Together with dedicated mothers, fathers and healthcare professionals across South Africa, Netcare is highlighting the many benefits of kangaroo care for newborns, ranking among the top healthcare teams in a recently held global awareness event.
Kangaroo care mimics the close contact between a mother kangaroo and her baby carried in her pouch. It is highly beneficial in appropriate circumstances, particularly among premature or low birthweight babies, says Verena Bolton, a neonatal nurse and national coordinator of Netcare Ncelisa human milk banks.
|Brandon Dornbrack kangaroos with his new baby at Netcare Kingsway Hospital.
|At Netcare Olivedale Hospital, Shawn Mohan Rawjee cradles his baby to his chest.
|Mamokete Mofubetswana snuggles with her little one at Netcare Kroon Hospital.
“Skin to skin contact is not only advised for mothers. Spending time close together in this way substantially contributes to parental bonding for fathers as well, enriching their experience through some very special snuggle time with their little one from the first days of life,” says Bolton.
Bolton explains that in addition to its emotional and bonding benefits, kangaroo care aids in the development of a normal skin microbiome for the baby, assists with better body temperature regulation and can result in improved cardiac and respiratory function for babies. Furthermore, it helps to establish successful breastfeeding, which is important for a healthy digestive tract and immune system.
The results of the global Kangaroo-a-thon, which took place earlier this winter, see the Netcare Group placing among the top ten of 45 participating healthcare teams globally, alongside facilities in France, Costa Rica, the United States and the United Kingdom.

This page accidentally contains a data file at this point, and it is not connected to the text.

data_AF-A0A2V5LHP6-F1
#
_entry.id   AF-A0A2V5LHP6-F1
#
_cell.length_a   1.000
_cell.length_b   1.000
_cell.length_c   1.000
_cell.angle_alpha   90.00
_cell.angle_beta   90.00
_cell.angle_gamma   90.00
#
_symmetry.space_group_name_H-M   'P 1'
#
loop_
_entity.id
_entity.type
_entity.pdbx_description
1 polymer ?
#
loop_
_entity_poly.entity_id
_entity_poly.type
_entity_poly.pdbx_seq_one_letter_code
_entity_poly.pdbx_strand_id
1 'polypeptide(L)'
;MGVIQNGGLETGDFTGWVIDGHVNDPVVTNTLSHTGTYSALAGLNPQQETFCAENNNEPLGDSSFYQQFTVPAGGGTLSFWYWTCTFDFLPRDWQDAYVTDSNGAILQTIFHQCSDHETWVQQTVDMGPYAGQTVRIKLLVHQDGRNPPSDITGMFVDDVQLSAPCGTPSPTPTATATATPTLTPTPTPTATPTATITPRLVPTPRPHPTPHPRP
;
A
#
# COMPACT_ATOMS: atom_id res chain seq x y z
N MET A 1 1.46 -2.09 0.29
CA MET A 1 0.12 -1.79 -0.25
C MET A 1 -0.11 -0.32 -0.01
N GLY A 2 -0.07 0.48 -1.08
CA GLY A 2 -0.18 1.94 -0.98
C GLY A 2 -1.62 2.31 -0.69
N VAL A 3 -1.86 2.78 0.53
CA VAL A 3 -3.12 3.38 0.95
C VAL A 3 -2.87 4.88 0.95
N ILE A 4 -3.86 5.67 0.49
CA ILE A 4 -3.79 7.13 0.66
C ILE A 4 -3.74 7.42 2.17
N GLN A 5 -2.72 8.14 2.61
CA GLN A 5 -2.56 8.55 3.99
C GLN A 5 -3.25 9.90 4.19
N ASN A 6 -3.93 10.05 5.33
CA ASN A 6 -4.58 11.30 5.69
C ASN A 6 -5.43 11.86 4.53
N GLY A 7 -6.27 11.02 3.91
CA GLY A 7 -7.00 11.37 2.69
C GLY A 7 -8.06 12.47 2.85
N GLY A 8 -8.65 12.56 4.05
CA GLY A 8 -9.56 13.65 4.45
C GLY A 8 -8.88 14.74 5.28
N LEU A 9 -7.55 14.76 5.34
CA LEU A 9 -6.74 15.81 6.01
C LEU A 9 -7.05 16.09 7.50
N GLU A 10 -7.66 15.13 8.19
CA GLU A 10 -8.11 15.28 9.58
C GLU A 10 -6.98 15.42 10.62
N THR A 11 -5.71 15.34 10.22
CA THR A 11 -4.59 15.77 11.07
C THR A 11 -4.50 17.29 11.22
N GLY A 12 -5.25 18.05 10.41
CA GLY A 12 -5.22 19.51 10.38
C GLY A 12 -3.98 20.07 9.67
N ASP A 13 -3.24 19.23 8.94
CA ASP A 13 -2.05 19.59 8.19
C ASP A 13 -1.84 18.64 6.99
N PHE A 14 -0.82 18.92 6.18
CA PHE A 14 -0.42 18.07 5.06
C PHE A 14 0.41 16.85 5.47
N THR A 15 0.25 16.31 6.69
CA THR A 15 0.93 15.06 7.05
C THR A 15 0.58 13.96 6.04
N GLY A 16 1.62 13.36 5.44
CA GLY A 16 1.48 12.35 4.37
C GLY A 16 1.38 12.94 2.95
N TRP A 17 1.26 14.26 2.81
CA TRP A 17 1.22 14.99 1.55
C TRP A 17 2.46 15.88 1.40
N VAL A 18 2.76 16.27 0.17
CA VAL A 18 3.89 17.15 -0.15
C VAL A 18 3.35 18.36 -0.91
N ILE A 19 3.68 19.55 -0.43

|Newborn twins receive much love and skin to skin care from their mother, Lona Siyatandwa Mpintshi at Netcare St Anne’s Hospital.
|Mauricio da Costa has some special one on one time at Netcare Pinehaven Hospital with his little bundle of joy.
“Mothers and fathers have a role to play as active members of the healthcare team safeguarding the wellbeing and development of their baby to ensure better overall neurodevelopmental outcomes. We strongly encourage a co-caring relationship between parents and healthcare professionals in Netcare NICUs, where babies are often undergoing intensive therapies and parents may have limited access.
“We wish to thank all the families, teams and doctors across our facilities who are so intrinsic to the family centred care that Netcare provides, and which enables connection and continuity from the hospital into the home through inclusive practices such as kangaroo care,” concludes Bolton.
Skin to skin care is actively encouraged in all Netcare maternity and neonatal units in support of the World Health Organization’s Mother Baby Friendly Initiative.
Notes to editor
Looking for a medical appointment? Netcare appointmed™ will make appointments for YOU with specialists practising at Netcare hospitals, GPs and dentists at Medicross medical and dental centres, and specialists at Akeso mental health facilities. Simply request an appointment online at www.netcare.co.za/Request-a-medical-appointment or phone Netcare appointmed™ on 0860 555 565, Mondays to Fridays between 08:00 and 17:00.
To find out more about the services offered through Netcare hospitals and other of the Group’s facilities, please visit www.netcare.co.za or contact the Netcare customer service centre either by email at [email protected] or phone 0860 NETCARE (0860 638 2273). Note that the centre operates Mondays to Fridays from 08:00 to 16:00.
For media enquiries, contact MNA at the contact details listed below.
Issued by: MNA on behalf of Netcare
For media enquiries contact: Martina Nicholson, Meggan Saville, Estene Lotriet-Vorster or Clementine Forsthofer
Telephone: (011) 469 3016
Email: [email protected], [email protected], [email protected], [email protected] or [email protected]